Early 300/315/330 6BTA’s (Nippon Denso Fuel pumps) complete with Inlet & Outlet “port kits”
- “Detroit Style” mechanical water seal w/ aft-mounted double lip oil-lubed “oil seal”
- Made from proven seawater resistant alloys of bronze, brass & stainless steel
- Simple rebuilds using commonly available tools, bearings & seals
- Backed up by an exclusive 24 month “no hassle” pump exchange policy
This all started about 1988…
When Cummins released the (infamous to some) 6BTA 300, sometimes referred to as the CPL 970. About that time Sherwood and Cummins struck a deal that allowed Sherwood to become
the exclusive supplier of seawater pumps for them.
What I call “Design Defects” in the new Sherwood Pump that was installed on the new generation Cummins 300B marine engines (1700 series) became apparent soon after its release, and over the 16-17 years that followed, as Sherwood made different versions of this same “base pump,” the number of design defects grew along with the new models. Now keep in mind, as we are not talking about seal and bearing wear/failures here, we are talking about real defects in design that I have never seen with any other seawater pump I have dealt with. By the time their most popular version was released, the 1730 (in about 1995), soon thereafter it was obvious that something had to be done to help solve this seawater pump failure dilemma that was now causing direct harm to my livelihood because this pump was being installed on the new Cummins Diamonds that were now the mainstay of my engine sales and repower part of my business.
As more years passed and the flak I was getting about the quality of the Sherwood pumps grew, by early 2005, it was time to become proactive in developing a new pump that would “fit” as a 100% “plug & play” Sherwood 1730 replacement and try to do something that could make this pump more reliable… Our biggest challenge was working around the size constraints of the application as this new pump had to FIT exactly as the 1730 did or we could not market it successfully…
Because of this, we even had to compromise some on both bearing support and shaft size, which was where this pump needed much improvement. Solving the material choice was easy as all we had to do was not use the “junk” metal alloys, but go back to basics-Use proven seawater resistant alloys that have been used for decades by other prominent manufacturers of seawater pumps.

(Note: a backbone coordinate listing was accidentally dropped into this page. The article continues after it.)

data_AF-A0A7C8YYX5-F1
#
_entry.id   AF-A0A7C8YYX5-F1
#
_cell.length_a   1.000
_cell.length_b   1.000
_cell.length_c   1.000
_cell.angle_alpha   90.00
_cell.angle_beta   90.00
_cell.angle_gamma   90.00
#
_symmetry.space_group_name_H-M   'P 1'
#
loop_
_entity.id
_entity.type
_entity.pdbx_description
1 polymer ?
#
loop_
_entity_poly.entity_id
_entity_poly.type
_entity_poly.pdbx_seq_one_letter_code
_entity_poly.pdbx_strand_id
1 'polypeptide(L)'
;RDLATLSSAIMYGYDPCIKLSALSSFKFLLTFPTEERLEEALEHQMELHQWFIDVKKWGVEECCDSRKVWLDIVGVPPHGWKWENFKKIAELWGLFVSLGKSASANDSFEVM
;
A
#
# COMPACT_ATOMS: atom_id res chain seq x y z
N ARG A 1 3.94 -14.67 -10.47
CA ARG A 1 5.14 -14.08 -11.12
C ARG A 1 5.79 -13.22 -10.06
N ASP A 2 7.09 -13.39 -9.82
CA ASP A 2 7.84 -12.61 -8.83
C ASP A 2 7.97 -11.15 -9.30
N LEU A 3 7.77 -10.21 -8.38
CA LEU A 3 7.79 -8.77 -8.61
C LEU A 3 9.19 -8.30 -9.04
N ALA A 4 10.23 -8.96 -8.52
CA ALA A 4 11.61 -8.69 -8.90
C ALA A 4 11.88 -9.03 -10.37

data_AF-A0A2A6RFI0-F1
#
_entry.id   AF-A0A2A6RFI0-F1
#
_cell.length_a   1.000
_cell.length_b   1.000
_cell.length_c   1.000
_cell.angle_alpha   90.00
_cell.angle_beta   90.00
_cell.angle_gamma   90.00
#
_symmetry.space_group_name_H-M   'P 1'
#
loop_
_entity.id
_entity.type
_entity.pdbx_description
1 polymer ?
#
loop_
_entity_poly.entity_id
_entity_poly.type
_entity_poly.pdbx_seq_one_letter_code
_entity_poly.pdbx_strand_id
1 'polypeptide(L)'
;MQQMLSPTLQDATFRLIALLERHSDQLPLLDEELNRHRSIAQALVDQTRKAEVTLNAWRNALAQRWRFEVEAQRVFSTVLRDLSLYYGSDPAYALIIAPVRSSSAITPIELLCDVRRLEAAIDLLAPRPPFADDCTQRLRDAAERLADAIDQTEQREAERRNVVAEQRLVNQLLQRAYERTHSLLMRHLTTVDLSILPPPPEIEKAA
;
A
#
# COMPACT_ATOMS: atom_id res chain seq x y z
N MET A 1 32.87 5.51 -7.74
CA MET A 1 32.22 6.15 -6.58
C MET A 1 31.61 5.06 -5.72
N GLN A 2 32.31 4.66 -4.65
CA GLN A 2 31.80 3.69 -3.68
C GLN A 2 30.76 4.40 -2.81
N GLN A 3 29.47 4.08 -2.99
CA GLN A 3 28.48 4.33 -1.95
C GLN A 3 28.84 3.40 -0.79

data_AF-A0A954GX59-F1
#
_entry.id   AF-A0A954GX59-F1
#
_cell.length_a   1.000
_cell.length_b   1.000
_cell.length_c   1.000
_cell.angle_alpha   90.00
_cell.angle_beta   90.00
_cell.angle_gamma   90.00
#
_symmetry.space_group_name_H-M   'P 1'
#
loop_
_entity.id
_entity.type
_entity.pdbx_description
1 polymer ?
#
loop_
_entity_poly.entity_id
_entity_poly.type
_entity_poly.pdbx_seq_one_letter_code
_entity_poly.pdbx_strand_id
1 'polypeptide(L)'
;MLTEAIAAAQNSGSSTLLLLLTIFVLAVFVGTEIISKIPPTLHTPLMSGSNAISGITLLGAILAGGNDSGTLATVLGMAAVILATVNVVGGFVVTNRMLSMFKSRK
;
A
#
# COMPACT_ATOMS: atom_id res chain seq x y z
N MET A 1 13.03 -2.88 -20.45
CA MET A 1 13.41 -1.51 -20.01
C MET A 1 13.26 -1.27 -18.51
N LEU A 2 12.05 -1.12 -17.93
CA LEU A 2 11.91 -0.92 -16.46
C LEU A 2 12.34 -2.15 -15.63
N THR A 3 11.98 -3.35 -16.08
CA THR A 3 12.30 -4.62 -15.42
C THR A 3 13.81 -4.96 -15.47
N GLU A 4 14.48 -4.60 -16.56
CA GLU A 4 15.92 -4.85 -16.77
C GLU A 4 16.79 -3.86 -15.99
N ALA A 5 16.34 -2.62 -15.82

After some searching around, I found a respected company in Korea (already in the seawater pump business) that was willing to work with me in a new design. I had lots of ideas but absolutely no experience in trying to manufacture a seawater pump, and being a “small guy,” had limited funding available for the development. What I did have was the knowledge of what can make a good seawater pump, a marketing plan, and also what we had to do to make the needed improvements. Well about 18 months of work with 100’s of e-mails and drawings going back and forth, we came up with what is our SMX 1730 (& SMX 1727) seawater pump and now offer what we think is a superior “mouse trap”. Our improvements speak for themselves and address all of the issues that are inherent with the Sherwood pump design. Cost ??-of course the new pump cost more than we hoped for, but with the cost of copper-based alloys tripling from early 2005 thru mid 2006, this did not help.. But in the end, we are still price competitive and now offer the end user a “choice” for the seawater pump used for the very popular Cummins 6BTA 5.9 and 6CTA 8.3 Diamond (and commercial counterparts) diesels.